Sometimes confused, as all beings are allowed to be, but always stubborn. Victoria was certainly a force to be reckoned with, and one that many people were wary of. Her opinion at English court was everything and if you were not in favour, you knew it. If you were in favour, you questioned if that was really the case.
Wilson takes us into what feels like deeply private and personal moments throughout the Queen’s life and allows the reader to form their own opinion of who Queen Victoria strove to be. We are given an insight into the struggles she had with every one of her nine children and how open and blatant she was about which ones were her favourites.
She didn’t just have favourites among her children. She was even more open about which Prime Ministers and members of Parliament she favoured. Only speaking to W.E. Gladstone face-to-face a handful of times during his four terms as Prime Minister, whilst meeting several times a week and discussing more than just politics with others.
The book is thick and even though a sight more interesting than other biographies I have crossed paths with, it could at moments, when dealing with pure politics, be a little difficult to get through for the politically handicapped.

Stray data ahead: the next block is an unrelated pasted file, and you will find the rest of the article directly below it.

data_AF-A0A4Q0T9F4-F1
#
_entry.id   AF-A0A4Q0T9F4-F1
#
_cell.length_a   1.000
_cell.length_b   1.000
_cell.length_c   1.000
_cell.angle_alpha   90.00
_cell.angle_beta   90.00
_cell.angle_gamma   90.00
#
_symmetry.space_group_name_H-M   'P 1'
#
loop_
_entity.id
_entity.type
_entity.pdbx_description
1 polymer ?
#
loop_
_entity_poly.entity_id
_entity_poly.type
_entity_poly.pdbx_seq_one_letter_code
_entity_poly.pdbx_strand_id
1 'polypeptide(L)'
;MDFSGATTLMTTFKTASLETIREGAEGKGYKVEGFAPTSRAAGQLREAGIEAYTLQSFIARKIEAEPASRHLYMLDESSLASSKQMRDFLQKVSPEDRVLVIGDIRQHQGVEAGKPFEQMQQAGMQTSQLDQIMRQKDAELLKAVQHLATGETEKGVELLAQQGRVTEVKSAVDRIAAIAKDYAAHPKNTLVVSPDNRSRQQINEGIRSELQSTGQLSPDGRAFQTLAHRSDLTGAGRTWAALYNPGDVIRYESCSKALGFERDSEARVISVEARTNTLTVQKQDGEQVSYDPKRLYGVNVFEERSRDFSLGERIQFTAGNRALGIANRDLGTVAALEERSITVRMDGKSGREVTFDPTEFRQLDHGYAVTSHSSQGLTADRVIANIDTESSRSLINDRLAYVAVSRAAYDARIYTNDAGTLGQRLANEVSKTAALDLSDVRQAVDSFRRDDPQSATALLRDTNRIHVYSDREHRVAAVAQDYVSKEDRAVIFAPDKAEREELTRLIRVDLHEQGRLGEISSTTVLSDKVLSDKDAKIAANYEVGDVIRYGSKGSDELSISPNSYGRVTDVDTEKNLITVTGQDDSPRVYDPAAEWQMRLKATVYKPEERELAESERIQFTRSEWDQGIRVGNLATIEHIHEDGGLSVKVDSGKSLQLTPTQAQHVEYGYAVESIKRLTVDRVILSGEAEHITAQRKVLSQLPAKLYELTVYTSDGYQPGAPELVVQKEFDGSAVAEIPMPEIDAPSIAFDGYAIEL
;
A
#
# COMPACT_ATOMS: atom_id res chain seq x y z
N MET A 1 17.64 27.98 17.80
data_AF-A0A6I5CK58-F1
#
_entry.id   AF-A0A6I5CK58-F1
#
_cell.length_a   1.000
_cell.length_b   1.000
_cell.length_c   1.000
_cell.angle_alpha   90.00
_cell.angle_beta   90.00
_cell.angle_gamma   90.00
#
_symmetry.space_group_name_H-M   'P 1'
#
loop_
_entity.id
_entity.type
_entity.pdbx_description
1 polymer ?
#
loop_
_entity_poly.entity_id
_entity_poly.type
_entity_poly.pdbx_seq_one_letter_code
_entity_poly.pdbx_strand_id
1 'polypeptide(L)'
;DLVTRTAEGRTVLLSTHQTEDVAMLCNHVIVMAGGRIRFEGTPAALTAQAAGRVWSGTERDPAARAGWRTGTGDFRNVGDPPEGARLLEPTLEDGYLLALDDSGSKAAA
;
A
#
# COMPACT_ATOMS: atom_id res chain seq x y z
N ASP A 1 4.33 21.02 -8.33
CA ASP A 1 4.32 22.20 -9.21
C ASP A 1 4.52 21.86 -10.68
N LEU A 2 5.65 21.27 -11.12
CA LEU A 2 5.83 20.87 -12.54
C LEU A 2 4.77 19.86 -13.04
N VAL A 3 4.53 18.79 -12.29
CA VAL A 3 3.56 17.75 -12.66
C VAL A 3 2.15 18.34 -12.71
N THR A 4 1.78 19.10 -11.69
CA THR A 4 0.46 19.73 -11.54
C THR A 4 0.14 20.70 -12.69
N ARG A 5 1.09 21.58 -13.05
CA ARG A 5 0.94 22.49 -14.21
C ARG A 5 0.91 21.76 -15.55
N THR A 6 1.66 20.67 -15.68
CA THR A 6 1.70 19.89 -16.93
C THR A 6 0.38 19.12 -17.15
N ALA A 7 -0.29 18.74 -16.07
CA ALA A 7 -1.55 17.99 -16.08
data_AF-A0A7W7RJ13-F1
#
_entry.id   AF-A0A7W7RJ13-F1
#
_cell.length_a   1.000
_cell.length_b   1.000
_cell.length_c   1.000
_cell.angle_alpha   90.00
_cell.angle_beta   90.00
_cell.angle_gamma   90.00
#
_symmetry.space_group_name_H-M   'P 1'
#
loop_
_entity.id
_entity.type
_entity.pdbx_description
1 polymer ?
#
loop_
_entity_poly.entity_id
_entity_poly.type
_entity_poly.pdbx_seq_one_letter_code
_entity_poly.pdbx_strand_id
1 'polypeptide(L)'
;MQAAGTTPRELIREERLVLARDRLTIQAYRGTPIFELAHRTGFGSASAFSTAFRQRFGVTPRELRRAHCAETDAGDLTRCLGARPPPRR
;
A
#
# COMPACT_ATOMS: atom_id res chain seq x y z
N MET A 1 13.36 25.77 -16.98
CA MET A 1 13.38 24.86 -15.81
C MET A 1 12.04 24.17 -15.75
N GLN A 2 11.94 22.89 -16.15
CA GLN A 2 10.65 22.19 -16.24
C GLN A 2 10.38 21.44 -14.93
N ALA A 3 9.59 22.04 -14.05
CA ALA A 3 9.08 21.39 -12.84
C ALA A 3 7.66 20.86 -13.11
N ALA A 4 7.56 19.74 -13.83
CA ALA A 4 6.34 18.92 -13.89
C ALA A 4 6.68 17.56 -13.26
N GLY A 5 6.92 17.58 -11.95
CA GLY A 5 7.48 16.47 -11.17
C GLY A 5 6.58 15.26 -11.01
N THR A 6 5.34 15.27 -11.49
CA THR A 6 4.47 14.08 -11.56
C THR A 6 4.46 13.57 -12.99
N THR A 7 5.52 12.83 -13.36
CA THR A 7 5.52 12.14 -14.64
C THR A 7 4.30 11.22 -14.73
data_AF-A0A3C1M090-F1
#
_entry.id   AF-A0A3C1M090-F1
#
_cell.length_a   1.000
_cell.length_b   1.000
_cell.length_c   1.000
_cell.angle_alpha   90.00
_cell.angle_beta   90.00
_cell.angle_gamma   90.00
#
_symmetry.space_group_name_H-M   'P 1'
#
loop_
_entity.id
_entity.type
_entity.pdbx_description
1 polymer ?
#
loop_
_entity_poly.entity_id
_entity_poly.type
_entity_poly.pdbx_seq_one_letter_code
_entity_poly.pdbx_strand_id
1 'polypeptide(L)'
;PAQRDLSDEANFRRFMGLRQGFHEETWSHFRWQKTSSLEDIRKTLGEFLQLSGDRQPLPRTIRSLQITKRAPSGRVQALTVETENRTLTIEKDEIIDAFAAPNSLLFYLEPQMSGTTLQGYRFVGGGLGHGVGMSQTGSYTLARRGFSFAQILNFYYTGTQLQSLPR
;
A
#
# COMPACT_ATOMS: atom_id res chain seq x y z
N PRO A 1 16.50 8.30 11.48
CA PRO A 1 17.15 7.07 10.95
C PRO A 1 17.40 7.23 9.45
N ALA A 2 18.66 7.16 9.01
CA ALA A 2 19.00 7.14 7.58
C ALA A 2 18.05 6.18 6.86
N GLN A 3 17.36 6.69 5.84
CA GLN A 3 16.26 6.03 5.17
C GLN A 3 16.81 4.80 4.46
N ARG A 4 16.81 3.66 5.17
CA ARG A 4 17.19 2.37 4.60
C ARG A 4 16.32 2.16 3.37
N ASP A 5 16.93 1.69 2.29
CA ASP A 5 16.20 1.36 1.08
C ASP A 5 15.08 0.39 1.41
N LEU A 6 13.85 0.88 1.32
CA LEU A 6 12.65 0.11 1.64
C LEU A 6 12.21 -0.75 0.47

The only thing I could fault was not with the book itself but its the era.
In the late 1800s everyone seemed to like the idea of naming their children after themselves, with each individual having a nick-name in an attempt to individualise each other, it could sometimes be difficult to remember to whom the author was referring. However, the family-tree, complete with marriages and familial nick-names, on the inside cover does make it easy to check.
The primary sources for the Queen could be a little stiff as most of these were formal interactions with members of parliament or acquaintances. Victoria’s blunt nature and directness meant that a majority of her private letters to close friends or her children proved to be somewhat haunting for the way in which she referred to them.
This lack of empathy on the Queen’s part makes for a highly possible reason as to the burning and erasing of many of the Victoria’s private correspondence. Leaving later generations with a certainly skewed view of the Queen’s personality and behaviour. And with everyone who knew her personally departing or having already departed the living in their own way, the collective memory of a Great Queen is changing with a lack of real and factual evidence, as it must for all great figures of history.
It is truly a shame that those letters have been purposefully destroyed, certainly erasing whole sides of Victoria that the public was never privileged to see. And even though it would have been amazing to truly see the woman behind the crown, perhaps it is for the best. For this extremely shy and private woman to have her legacy remembered in fond light.